Born in Tianshui, Gansu, in 1978, Cai joined the People’s Liberation Army at a young age, taking up a role as portrait photographer for enlisted soldiers. This job became his formal training in the medium, developing into a career path as he returned to Beijing and opened his own studio. Through the use of photography and installation, Cai Dongdong’s interest lies in creating half-fragmented realities. Cai currently lives and works in Beijing.
Titling his works as ‘photographic sculpting’, Cai engages with the photography format in deconstructing them as objects as well as channels for visual messages. He has been exhibited in solo exhibitions worldwide, including “Image Uterus Production Power,” Gallery 55, Shanghai, China (2013); “Draftmanship,” Mattias Kuper Galleries, Stuttgart, Germany (2012); “Tea Garden,” UNIDEE Art Foundation, Biella, Italy (2011); and “51m: Cai Weidong,” Taikang Space, Beijing, China (2010). Group shows include “Re-exposure,” Poly Art Space, Hong Kong (2015); “China 8: Contemporary Art from China on the Rhine and Ruhr,” Folkwang Museum, Essen, Germany (2015); “2nd Three Shadows Experimental Image Open Exhibition,” Three Shadows Photography Art Centre, Beijing China (2015); “Unlived by What is Seen,” Pace Beijing, Beijing, China, Tang Contemporary Art, Beijing China (2014); “Unboundedness,” China Cultural Center, Berlin, Germany (2013); and “YOUTH,” China Square, New York, NY (2009).
After taking photographs for so many years, there is always a pile of “rejects” – the insignificant images that you still can’t manage to part with. And so, like a surgeon, I operate. Dependent on the photographs themselves, I use a different approach every time – carving, rubbing, weaving, or altogether manufacturing the final form of these photographs. Using all means to not only save these images, but also give them new meaning. I completely depart from the computer as a way to reconstruct photographs by hand in an attempt to blur the boundary between the tactile and cognitive experiences of an image – trying to extend the outer limits of a photograph, and even trying to give the image a painterly façade. By emphasizing the image’s formal properties through calling into question the relationship between the subject and their backgrounds, the photographs escape the relationships originally intended by the singular image. When the image becomes a mere object, it is reduced to a material place – it is here that the basic state of viewership can be called into question ».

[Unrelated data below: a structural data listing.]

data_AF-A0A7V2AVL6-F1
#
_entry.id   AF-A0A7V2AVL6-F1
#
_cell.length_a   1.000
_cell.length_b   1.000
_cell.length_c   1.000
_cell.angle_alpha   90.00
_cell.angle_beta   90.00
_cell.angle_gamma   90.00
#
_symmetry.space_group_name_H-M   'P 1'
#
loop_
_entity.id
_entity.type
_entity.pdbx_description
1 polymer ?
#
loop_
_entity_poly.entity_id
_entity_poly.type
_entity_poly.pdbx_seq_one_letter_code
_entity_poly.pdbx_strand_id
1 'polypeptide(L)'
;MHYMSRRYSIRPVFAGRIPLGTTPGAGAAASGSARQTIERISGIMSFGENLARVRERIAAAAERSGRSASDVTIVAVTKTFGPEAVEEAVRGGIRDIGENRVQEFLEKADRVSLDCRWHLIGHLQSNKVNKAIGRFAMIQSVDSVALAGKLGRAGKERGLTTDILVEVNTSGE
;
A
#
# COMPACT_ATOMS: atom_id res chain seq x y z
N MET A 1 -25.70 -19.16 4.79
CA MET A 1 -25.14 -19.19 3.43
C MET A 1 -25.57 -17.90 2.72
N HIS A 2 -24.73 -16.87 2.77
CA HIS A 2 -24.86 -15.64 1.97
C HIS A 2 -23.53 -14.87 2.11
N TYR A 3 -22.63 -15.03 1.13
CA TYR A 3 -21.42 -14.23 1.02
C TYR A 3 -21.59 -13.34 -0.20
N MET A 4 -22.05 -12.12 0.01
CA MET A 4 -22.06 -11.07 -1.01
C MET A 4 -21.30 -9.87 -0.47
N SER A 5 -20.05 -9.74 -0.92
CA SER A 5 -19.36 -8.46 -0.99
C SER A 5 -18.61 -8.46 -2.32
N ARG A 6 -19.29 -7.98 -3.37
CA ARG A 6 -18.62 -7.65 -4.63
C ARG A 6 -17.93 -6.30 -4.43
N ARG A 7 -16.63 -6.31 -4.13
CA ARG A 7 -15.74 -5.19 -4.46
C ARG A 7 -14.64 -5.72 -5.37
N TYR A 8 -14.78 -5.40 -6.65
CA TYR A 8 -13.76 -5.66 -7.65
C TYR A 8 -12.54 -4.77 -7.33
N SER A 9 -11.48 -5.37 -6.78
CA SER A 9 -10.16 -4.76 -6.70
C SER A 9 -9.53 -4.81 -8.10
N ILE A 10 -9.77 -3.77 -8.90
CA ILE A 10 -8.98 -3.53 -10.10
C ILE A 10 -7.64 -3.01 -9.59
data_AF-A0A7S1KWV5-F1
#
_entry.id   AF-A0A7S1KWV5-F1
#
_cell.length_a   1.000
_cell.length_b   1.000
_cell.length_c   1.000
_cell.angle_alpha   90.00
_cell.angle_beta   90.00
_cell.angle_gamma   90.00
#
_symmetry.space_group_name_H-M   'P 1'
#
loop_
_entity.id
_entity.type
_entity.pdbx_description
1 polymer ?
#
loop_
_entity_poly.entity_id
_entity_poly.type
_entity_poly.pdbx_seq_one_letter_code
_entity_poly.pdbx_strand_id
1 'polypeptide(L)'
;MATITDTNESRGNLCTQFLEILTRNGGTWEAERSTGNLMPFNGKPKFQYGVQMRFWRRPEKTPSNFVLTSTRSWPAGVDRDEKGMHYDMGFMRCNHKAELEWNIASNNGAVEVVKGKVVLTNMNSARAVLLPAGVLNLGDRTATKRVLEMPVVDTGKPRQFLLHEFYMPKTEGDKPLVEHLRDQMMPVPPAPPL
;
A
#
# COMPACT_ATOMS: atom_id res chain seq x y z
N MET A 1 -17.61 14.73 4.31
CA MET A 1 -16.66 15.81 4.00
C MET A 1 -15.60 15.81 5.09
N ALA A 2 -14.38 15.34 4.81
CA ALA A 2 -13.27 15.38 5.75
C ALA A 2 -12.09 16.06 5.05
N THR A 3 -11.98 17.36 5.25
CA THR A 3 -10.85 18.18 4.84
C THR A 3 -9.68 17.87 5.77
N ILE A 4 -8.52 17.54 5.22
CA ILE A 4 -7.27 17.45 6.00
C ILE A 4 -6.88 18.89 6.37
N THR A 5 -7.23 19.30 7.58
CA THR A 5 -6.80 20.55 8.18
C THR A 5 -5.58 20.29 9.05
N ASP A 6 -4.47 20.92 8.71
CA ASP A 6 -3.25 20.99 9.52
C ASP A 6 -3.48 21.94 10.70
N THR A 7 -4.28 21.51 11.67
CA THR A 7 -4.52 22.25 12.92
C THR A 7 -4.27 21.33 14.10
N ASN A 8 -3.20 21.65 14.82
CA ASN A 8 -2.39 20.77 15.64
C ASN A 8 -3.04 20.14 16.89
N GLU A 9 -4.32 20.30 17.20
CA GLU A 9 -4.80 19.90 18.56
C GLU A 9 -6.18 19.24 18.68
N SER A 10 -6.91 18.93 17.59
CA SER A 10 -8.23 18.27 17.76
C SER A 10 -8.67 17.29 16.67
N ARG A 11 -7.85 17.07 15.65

Cai Dongdong, 2014